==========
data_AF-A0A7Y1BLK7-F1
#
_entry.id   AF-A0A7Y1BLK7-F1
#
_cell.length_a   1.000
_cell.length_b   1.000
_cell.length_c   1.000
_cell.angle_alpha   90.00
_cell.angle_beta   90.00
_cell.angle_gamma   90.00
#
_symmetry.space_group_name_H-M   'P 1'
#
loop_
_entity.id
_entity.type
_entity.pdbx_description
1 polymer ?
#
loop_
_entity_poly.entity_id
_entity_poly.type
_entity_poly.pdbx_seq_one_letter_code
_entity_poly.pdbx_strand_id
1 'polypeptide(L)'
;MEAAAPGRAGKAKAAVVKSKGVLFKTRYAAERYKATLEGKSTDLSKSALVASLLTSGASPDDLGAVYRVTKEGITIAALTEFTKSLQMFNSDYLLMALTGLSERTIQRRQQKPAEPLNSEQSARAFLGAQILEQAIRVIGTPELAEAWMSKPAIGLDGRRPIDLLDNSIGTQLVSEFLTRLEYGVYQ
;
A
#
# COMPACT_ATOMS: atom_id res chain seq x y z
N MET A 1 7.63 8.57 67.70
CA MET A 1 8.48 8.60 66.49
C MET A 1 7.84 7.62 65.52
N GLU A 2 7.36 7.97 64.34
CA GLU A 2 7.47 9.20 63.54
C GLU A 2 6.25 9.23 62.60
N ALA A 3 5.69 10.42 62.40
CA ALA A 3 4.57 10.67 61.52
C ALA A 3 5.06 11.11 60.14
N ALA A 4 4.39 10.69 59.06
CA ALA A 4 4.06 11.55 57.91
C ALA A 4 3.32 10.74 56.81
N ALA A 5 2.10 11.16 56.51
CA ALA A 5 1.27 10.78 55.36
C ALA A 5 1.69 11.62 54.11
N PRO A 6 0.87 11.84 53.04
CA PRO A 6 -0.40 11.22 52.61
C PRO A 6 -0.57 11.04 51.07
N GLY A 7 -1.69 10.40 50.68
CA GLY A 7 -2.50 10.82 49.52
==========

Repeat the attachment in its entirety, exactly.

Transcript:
data_AF-A0A7Y1BLK7-F1
#
_entry.id   AF-A0A7Y1BLK7-F1
#
_cell.length_a   1.000
_cell.length_b   1.000
_cell.length_c   1.000
_cell.angle_alpha   90.00
_cell.angle_beta   90.00
_cell.angle_gamma   90.00
#
_symmetry.space_group_name_H-M   'P 1'
#
loop_
_entity.id
_entity.type
_entity.pdbx_description
1 polymer ?
#
loop_
_entity_poly.entity_id
_entity_poly.type
_entity_poly.pdbx_seq_one_letter_code
_entity_poly.pdbx_strand_id
1 'polypeptide(L)'
;MEAAAPGRAGKAKAAVVKSKGVLFKTRYAAERYKATLEGKSTDLSKSALVASLLTSGASPDDLGAVYRVTKEGITIAALTEFTKSLQMFNSDYLLMALTGLSERTIQRRQQKPAEPLNSEQSARAFLGAQILEQAIRVIGTPELAEAWMSKPAIGLDGRRPIDLLDNSIGTQLVSEFLTRLEYGVYQ
;
A
#
# COMPACT_ATOMS: atom_id res chain seq x y z
N MET A 1 7.63 8.57 67.70
CA MET A 1 8.48 8.60 66.49
C MET A 1 7.84 7.62 65.52
N GLU A 2 7.36 7.97 64.34
CA GLU A 2 7.47 9.20 63.54
C GLU A 2 6.25 9.23 62.60
N ALA A 3 5.69 10.42 62.40
CA ALA A 3 4.57 10.67 61.52
C ALA A 3 5.06 11.11 60.14
N ALA A 4 4.39 10.69 59.06
CA ALA A 4 4.06 11.55 57.91
C ALA A 4 3.32 10.74 56.81
N ALA A 5 2.10 11.16 56.51
CA ALA A 5 1.27 10.78 55.36
C ALA A 5 1.69 11.62 54.11
N PRO A 6 0.87 11.84 53.04
CA PRO A 6 -0.40 11.22 52.61
C PRO A 6 -0.57 11.04 51.07
N GLY A 7 -1.69 10.40 50.68
CA GLY A 7 -2.50 10.82 49.52